Diagnosis and general characters

The upper part of the body is tawny orangish or ochraceous with a darker and generally sharply defined large dorsal strip from the forehead to the tail. The lower part is white with (E. s. vicinus) or without an ochraceous median strip. The tail is dark above, white below and the tip is generally white. Upper incisors are grooved. Hind foot is over 24 mm. Table 1 describes the variability in colour patterns. Except the tail which is constantly bi-coloured, all other characters can vary.

Table 1
Variability in body and tail colour patterns.

Classical external body measurements are given in Table 2. The species is characterized by a long tail, which is generally 1.5 times longer than the head and body length. Among the four females captured, only one (HH9607JX01) had 6 embryos. No information is available from the literature about reproductive parameters.

Table 2
Body morphological characters (in millimetre, weight in gram). Measurements were done on dead animals. The two first digits of the individual code report the year of sampling and the third and fourth digits report the month (eg MK0509AZ01: animal collected ...

Classical skull measurements are given in Table 3. Dental formula of E. setchuanus is: I 1/1; c 0/0; p 1/0; m 3/3, total 18. Upper incisors are grooved and molars show transversal lophs separated by lingual and buccal valleys. E. setchuanus might be the most primitive current form of the genus, with an occlusal morphology similar to that of Miocen forms (Eozapus intermedius ou E. similis). For a description of molars see Allen (1940).

Table 3
Skull morphological characters (in millimetre): condylobasal length (LCB), length of the maxillary diastema (LD), length of the upper molar tooth row (LRD>), inter orbital width (IO) and zygomatic width (lZ);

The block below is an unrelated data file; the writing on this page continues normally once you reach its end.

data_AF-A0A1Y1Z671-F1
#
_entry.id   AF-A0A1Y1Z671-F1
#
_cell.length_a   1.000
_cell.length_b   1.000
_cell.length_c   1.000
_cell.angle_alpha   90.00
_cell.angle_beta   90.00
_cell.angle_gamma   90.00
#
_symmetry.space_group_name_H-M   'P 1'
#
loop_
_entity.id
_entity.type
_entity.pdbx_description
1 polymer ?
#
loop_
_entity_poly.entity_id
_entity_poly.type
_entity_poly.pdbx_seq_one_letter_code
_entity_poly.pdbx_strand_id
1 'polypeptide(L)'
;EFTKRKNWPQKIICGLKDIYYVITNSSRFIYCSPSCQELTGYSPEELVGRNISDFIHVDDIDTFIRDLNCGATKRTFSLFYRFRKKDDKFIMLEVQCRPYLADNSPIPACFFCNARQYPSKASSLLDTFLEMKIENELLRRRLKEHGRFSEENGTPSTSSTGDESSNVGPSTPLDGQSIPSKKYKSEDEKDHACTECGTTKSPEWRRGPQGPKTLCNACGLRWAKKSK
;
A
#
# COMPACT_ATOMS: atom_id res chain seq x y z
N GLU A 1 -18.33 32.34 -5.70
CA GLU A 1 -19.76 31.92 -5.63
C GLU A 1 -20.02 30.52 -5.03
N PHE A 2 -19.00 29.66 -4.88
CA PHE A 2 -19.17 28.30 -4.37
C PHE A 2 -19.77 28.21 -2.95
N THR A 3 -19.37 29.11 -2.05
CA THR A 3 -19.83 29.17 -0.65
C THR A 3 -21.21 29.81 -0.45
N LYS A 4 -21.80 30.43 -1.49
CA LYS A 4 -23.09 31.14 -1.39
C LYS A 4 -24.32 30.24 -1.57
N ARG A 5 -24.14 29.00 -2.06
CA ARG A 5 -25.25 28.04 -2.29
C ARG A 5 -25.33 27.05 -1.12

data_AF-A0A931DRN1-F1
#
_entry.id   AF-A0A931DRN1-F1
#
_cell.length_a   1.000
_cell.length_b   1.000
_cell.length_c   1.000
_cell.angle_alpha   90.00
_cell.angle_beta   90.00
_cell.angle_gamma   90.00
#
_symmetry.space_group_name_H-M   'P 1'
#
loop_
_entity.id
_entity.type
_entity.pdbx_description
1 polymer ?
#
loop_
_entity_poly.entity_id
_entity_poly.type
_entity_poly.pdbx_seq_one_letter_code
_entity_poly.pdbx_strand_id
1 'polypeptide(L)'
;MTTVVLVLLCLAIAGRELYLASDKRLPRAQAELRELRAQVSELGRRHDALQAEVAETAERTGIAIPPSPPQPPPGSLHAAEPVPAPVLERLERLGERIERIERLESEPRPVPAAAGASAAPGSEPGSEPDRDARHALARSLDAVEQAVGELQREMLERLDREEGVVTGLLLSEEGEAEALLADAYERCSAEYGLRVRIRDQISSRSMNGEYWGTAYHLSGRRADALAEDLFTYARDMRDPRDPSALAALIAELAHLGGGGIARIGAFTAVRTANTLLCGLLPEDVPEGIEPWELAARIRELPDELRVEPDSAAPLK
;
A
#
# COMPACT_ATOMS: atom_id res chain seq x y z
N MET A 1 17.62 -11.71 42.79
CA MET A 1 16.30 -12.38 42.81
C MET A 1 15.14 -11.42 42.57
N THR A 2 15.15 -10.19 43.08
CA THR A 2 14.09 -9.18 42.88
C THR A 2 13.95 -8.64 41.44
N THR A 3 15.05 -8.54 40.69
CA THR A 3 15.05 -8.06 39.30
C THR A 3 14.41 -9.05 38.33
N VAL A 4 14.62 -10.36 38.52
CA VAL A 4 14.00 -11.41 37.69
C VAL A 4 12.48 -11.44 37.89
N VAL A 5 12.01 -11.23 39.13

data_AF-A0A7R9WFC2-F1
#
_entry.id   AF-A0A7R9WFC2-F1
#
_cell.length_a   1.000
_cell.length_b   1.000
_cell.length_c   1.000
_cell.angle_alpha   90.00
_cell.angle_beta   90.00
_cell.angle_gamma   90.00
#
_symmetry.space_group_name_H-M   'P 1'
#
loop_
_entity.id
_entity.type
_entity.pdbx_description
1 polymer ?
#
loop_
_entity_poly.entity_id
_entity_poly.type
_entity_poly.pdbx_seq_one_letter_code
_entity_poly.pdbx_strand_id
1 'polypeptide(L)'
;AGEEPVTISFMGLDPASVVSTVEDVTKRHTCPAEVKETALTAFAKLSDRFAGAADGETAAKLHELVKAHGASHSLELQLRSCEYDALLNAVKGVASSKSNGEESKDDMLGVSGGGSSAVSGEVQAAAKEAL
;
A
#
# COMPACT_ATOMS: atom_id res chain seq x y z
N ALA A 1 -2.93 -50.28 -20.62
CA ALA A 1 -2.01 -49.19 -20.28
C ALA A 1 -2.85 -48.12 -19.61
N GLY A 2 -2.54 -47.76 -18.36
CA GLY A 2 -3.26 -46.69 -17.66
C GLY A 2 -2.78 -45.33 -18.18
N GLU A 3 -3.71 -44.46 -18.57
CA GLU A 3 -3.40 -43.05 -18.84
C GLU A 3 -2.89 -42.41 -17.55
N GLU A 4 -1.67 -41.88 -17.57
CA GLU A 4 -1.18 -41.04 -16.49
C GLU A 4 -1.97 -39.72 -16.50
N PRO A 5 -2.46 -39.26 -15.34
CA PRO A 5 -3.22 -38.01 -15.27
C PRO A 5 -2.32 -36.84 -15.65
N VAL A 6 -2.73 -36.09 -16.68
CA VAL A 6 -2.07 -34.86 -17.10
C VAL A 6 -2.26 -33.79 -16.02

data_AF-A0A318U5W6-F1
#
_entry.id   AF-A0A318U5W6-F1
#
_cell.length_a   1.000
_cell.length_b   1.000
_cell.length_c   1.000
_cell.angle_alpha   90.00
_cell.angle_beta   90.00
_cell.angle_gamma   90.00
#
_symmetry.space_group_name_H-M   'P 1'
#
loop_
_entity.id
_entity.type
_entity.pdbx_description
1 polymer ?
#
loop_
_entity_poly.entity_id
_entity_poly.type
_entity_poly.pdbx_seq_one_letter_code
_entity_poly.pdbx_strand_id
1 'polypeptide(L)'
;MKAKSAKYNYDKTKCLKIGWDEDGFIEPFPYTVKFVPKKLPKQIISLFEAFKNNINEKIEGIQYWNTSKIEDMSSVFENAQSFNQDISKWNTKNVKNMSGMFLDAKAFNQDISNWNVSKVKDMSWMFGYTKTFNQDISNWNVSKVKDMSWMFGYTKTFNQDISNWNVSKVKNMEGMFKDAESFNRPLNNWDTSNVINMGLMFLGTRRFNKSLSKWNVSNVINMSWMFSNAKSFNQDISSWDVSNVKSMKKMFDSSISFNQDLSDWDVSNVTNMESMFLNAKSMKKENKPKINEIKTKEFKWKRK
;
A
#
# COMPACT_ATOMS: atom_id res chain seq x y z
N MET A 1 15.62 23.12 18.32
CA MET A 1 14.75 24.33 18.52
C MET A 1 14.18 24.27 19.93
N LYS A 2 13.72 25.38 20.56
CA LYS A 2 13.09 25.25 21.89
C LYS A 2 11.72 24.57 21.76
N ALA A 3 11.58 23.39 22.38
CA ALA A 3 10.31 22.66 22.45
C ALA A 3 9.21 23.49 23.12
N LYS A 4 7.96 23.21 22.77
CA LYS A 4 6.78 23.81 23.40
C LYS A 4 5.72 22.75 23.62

Cytogenetics

Karyotype of the only male studied (MK0509ST01, see Table 2) has 71 chromosomes consisting of five pairs of middle to small sized meta-submetacentrics, 30 pairs of acrocentrics and one subtelocentric chromosome as large as the largest pair of acrocentric autosomes (Figure 1). All individual pairs were rather easily recognized by their specific G-banding pattern. Based on particular G-banding pattern shared by the odd chromosome and the Xs of other mammalian species, it was identified as X, thus suggesting X0 sex chromosomes constitution in the males of this species. However to exclude possibility of chromosomal aberration in the animal studied and to unambiguously assess the mechanism of sex determination in this species, chromosomal analysis of further individuals of both sexes is absolutely needed.

Figure 1
Giemsa stained (a), G- banded (b) and C-banded (c) karyotype of the male Eozapus setchuanus.

By chromosome number and morphology, E. setchuanus, the only representative of zapodines in the Palearctic, is very similar to the three earlier studied Nearctic species of the subfamily, namely Zapus hudsonius, Z. princeps and N. insignis (Meylan, 1968). Interesting that if both sexes of the former species have 2n=72 and an usual XX/XY sex chromosomes, the females in congeneric Z. princes displays X0 sex chromosomes and 2n=71 compared to normal XY males having 72 chromosomes (Meylan, 1968). Although a high karyotype similarity is a good indication on monophyletic origin of Palearctic and Nearctic zapodines, the absence of the chromosome banding data for other species of the same subfamily makes the discussion of the question premature. Another karyotypic feature of this species is the practical absence of C-bands onto all chromosomes.